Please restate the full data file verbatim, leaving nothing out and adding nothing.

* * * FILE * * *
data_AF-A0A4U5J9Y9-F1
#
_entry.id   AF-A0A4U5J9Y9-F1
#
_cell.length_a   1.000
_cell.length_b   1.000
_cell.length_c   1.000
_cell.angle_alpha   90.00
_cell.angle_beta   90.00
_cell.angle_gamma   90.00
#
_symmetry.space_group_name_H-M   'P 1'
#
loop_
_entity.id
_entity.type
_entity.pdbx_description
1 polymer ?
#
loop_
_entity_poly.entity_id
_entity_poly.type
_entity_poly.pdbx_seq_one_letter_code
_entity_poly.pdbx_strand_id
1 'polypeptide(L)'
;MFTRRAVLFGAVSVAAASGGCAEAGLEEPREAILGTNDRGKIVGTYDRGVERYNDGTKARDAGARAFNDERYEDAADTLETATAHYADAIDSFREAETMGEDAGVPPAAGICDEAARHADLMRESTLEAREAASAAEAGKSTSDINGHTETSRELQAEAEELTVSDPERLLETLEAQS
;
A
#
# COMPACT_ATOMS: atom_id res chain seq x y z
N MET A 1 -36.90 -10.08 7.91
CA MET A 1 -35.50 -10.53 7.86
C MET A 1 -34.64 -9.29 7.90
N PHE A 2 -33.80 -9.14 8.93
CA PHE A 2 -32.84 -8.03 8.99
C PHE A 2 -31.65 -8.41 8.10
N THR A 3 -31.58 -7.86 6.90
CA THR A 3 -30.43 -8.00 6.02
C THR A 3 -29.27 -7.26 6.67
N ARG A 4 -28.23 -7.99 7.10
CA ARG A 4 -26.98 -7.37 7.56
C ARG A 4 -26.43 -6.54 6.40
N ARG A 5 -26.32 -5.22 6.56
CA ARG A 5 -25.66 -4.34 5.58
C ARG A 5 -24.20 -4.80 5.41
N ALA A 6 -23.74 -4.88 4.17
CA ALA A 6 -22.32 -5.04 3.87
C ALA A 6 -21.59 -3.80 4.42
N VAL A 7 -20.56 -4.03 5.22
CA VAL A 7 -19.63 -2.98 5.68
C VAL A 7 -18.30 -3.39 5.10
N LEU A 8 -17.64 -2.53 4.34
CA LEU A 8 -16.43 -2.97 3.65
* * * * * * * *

data_AF-A0A4U5J9Y9-F1
#
_entry.id   AF-A0A4U5J9Y9-F1
#
_cell.length_a   1.000
_cell.length_b   1.000
_cell.length_c   1.000
_cell.angle_alpha   90.00
_cell.angle_beta   90.00
_cell.angle_gamma   90.00
#
_symmetry.space_group_name_H-M   'P 1'
#
loop_
_entity.id
_entity.type
_entity.pdbx_description
1 polymer ?
#
loop_
_entity_poly.entity_id
_entity_poly.type
_entity_poly.pdbx_seq_one_letter_code
_entity_poly.pdbx_strand_id
1 'polypeptide(L)'
;MFTRRAVLFGAVSVAAASGGCAEAGLEEPREAILGTNDRGKIVGTYDRGVERYNDGTKARDAGARAFNDERYEDAADTLETATAHYADAIDSFREAETMGEDAGVPPAAGICDEAARHADLMRESTLEAREAASAAEAGKSTSDINGHTETSRELQAEAEELTVSDPERLLETLEAQS
;
A
#
# COMPACT_ATOMS: atom_id res chain seq x y z
N MET A 1 -36.90 -10.08 7.91
CA MET A 1 -35.50 -10.53 7.86
C MET A 1 -34.64 -9.29 7.90
N PHE A 2 -33.80 -9.14 8.93
CA PHE A 2 -32.84 -8.03 8.99
C PHE A 2 -31.65 -8.41 8.10
N THR A 3 -31.58 -7.86 6.90
CA THR A 3 -30.43 -8.00 6.02
C THR A 3 -29.27 -7.26 6.67
N ARG A 4 -28.23 -7.99 7.10
CA ARG A 4 -26.98 -7.37 7.56
C ARG A 4 -26.43 -6.54 6.40
N ARG A 5 -26.32 -5.22 6.56
CA ARG A 5 -25.66 -4.34 5.58
C ARG A 5 -24.20 -4.80 5.41
N ALA A 6 -23.74 -4.88 4.17
CA ALA A 6 -22.32 -5.04 3.87
C ALA A 6 -21.59 -3.80 4.42
N VAL A 7 -20.56 -4.03 5.22
CA VAL A 7 -19.63 -2.98 5.68
C VAL A 7 -18.30 -3.39 5.10
N LEU A 8 -17.64 -2.53 4.34
CA LEU A 8 -16.43 -2.97 3.65